Scrapping and recycling is a vital and important part of the lifecycle of metals used in a variety of construction and manufacturing fields. Metal in old vehicles, buildings, or other items that have outlived their usefulness can be recycled and given new life elsewhere. 

Not only does this help the environment by reducing the need to extract and refine new material, but it is also economically advantageous for all parties involved. Scrap metal sellers can earn money for material that no longer serves any purpose while the purchasers of recycled metal often get what they need at a substantial discount. 

Of course, there are many steps between delivering metal to a scrapyard and recycled metal arriving at a job site or factory. What happens in between – and how much of the scrap metal can actually be recycled – depends largely on the type of metal in question. 

1. Aluminum: Infinitely Recyclable 

Aluminum delivered to a scrap yard will be fully recycled with no loss of quality to the metal. This process can be accomplished at a much lower temperature than extracting aluminum from ore, resulting in an exceptionally efficient recycling process. 

Once melted down, the aluminum can later be milled to produce new sheets with no loss of strength or flexibility. Aluminum scrap is highly valuable in part because the recycled material is no less valuable (and is, in fact, indistinguishable from) newly extracted metal.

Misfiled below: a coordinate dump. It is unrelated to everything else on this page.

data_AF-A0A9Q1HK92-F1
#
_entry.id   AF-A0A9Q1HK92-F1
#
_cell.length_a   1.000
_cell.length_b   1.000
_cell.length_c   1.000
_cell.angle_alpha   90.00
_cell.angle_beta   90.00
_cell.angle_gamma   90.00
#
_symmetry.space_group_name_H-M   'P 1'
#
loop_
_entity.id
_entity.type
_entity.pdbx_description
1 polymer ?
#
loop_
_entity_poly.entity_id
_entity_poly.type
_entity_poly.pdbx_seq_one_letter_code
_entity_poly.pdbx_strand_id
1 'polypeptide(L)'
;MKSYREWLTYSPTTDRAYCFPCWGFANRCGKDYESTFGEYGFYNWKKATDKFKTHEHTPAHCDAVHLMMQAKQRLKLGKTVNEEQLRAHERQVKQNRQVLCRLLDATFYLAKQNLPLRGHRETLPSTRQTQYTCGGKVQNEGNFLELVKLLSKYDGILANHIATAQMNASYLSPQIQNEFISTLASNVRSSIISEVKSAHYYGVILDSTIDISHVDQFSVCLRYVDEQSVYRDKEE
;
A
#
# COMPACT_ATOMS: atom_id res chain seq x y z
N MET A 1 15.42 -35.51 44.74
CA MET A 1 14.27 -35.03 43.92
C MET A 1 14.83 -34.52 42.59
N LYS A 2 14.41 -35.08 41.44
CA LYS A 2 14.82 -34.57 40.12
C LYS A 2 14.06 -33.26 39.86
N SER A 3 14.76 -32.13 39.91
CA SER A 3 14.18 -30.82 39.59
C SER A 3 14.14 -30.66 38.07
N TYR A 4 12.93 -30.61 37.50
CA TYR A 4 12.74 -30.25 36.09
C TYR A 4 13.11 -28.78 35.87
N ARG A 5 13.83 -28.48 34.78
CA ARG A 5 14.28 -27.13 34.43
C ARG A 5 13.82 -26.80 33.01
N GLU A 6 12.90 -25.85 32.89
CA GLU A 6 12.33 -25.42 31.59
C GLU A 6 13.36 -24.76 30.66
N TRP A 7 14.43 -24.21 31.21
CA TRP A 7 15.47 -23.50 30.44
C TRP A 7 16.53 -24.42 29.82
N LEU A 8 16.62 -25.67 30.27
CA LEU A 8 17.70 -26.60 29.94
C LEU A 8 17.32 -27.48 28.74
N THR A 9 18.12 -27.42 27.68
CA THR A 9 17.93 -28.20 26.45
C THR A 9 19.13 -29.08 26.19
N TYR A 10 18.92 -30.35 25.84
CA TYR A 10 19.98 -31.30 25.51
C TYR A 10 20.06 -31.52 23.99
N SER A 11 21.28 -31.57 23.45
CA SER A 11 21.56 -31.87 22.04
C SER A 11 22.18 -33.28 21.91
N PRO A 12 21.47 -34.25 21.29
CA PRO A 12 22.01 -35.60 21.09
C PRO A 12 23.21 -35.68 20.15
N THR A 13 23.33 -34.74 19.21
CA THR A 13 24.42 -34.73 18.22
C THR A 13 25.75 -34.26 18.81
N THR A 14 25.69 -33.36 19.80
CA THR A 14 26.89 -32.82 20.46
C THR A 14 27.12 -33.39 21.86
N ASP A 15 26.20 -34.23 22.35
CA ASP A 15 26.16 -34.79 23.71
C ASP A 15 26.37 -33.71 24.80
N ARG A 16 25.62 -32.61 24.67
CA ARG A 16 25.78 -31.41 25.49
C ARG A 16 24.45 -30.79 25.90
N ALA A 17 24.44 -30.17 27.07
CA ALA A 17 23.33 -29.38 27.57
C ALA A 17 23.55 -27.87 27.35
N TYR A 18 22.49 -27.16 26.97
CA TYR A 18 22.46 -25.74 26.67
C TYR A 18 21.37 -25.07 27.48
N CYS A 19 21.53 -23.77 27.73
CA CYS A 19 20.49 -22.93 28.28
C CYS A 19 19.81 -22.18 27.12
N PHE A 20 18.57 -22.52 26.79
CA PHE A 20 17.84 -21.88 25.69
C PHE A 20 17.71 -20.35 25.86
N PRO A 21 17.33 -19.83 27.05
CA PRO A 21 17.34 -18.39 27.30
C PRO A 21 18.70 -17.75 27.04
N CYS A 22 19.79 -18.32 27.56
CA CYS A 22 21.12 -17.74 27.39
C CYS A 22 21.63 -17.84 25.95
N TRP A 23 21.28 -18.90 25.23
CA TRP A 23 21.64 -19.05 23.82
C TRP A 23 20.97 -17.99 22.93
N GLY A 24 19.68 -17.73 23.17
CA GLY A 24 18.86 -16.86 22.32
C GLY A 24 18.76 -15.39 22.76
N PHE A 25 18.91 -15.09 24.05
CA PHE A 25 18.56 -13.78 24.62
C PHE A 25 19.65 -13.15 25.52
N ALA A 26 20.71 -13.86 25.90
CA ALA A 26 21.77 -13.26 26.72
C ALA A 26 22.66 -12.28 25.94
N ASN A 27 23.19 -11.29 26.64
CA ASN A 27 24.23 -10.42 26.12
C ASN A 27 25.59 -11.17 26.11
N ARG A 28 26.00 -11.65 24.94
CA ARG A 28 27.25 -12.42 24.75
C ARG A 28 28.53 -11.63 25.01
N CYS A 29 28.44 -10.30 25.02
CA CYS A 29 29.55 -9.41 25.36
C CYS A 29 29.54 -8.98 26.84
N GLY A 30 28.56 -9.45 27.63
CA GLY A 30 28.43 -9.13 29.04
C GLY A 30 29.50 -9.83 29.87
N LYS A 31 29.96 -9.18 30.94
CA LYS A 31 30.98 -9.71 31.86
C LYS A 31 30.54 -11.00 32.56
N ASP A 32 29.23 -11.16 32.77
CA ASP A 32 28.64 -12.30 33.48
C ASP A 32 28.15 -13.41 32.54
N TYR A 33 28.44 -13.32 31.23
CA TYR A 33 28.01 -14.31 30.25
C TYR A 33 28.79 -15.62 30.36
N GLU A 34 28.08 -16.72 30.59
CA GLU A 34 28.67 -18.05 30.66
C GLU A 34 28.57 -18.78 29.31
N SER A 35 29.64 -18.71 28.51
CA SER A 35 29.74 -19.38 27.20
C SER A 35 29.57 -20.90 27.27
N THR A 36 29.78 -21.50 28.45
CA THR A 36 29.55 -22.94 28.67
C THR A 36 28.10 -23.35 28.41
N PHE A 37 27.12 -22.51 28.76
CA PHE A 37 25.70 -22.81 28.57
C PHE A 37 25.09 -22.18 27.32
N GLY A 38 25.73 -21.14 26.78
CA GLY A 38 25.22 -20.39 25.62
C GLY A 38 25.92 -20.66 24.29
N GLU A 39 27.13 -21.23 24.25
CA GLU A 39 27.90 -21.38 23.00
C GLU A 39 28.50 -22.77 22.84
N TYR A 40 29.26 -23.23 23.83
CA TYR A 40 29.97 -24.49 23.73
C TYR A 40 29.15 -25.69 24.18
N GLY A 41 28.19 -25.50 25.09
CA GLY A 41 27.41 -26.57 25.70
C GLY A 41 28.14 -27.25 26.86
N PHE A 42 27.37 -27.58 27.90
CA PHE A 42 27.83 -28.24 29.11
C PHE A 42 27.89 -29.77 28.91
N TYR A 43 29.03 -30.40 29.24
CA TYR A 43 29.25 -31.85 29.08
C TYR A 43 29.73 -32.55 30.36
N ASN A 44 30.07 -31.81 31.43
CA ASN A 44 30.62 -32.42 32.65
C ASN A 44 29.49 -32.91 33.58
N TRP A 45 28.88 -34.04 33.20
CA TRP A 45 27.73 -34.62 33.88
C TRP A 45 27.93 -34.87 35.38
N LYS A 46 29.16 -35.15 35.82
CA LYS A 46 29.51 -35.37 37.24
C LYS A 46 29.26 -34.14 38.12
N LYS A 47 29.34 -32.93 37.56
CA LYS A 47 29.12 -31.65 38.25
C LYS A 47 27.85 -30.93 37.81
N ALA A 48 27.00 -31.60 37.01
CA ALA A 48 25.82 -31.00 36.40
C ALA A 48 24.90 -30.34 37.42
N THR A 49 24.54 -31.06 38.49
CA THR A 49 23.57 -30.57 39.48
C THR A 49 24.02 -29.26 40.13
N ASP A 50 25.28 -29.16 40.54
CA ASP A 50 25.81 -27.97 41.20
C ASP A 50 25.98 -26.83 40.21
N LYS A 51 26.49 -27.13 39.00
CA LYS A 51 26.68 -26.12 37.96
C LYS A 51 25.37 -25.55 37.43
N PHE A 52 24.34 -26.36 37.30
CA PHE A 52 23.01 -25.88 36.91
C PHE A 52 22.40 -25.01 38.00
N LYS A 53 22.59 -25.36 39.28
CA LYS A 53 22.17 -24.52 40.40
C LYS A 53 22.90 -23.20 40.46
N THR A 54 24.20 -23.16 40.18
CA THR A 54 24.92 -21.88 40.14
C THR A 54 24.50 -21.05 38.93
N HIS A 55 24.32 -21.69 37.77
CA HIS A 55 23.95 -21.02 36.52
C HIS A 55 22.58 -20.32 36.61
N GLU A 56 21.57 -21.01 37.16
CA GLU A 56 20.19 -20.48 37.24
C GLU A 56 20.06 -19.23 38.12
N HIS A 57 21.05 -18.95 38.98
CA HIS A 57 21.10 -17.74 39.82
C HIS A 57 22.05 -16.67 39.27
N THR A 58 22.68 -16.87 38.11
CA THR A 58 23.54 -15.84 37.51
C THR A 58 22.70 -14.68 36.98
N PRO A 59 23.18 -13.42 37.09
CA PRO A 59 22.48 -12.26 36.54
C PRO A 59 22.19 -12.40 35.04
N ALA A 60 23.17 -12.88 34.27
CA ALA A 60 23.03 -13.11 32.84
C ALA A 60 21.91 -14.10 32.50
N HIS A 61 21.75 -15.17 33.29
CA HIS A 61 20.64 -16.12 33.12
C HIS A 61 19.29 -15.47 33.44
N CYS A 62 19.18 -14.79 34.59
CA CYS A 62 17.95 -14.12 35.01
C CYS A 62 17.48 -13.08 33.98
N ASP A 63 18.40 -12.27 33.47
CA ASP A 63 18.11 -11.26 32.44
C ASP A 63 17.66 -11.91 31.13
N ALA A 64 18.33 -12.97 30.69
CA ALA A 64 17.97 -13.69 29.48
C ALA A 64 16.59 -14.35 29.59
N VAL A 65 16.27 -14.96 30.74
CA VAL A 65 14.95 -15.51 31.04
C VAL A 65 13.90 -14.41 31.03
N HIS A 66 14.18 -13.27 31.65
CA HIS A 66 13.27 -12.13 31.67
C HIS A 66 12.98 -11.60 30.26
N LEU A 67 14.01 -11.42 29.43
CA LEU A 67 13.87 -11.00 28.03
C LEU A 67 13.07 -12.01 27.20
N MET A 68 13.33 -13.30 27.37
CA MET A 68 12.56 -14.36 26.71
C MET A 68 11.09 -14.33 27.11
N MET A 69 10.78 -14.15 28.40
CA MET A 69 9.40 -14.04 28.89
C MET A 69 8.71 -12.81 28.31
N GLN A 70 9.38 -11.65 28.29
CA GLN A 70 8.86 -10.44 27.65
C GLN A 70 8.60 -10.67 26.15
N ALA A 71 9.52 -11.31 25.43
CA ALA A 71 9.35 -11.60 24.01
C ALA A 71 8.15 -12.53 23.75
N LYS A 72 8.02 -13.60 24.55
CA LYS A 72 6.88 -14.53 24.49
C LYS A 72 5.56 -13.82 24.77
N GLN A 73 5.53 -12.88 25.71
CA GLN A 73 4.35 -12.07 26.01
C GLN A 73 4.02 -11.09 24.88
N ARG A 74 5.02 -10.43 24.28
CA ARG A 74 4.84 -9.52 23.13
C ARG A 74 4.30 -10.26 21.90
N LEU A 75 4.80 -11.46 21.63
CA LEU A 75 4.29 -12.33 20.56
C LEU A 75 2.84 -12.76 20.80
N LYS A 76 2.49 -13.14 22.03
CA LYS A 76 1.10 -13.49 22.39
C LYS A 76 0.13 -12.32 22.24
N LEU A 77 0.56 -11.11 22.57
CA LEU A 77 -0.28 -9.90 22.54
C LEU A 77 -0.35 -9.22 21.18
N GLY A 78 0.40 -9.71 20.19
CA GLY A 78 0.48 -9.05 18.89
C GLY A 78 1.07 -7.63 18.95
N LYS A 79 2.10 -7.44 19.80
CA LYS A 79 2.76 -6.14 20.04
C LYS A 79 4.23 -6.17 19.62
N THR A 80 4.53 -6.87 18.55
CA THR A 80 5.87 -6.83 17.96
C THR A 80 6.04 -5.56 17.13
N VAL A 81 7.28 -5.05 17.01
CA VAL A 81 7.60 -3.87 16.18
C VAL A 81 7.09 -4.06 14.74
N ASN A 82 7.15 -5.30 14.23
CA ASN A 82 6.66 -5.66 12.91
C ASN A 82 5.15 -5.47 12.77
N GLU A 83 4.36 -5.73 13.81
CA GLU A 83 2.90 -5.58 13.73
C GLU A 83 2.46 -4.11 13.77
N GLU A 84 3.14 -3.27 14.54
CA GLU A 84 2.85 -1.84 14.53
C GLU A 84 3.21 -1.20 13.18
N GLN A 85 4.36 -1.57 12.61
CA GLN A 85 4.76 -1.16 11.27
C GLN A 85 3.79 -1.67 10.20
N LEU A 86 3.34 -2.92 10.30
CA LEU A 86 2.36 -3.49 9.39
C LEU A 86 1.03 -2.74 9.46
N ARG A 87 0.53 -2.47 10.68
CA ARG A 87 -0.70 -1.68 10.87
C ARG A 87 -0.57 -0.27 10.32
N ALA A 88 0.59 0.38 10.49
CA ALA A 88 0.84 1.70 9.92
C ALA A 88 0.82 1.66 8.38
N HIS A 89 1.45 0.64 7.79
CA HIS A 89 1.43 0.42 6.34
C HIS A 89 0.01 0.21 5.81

2. Copper: A Sea of Alloys

Copper, like aluminum, can be recycled in an indefinite number of times without degrading the metal. Because of this quality, copper is another metal that is highly valued by scrappers since the recycled material is no less useful than "new" metal. As with aluminum, copper scrap is shredded, melted down, and ultimately formed into ingots. This process, along with additional purification steps, ensures that 100% of the copper that you scrap will eventually find its way into new products. 

Alloys of copper, such as brass or bronze, are also valuable as scrap and can be recycled and reused indefinitely. In most cases, the alloy is simply melted down and reformed, but in some cases, alloys such as bronze will undergo a process to separate out of the copper. This allows the copper to be recovered separately. 

3. Ferrous Metals: Magnetic Appeal

Ferrous metals such as steel or cast iron are melted down and recycled in a similar manner to aluminum and copper. Since ferrous metals are magnetic, they are also relatively easy to sort from other types of metal. 

Of course, this also makes ferrous metals useful in the creation of electronic motors and turbines, which helps to bolster the value of ferrous metal. Unfortunately, ferrous metal is the most recycled material in the world and its relatively common status means that it isn't worth nearly as much as other types of scrap.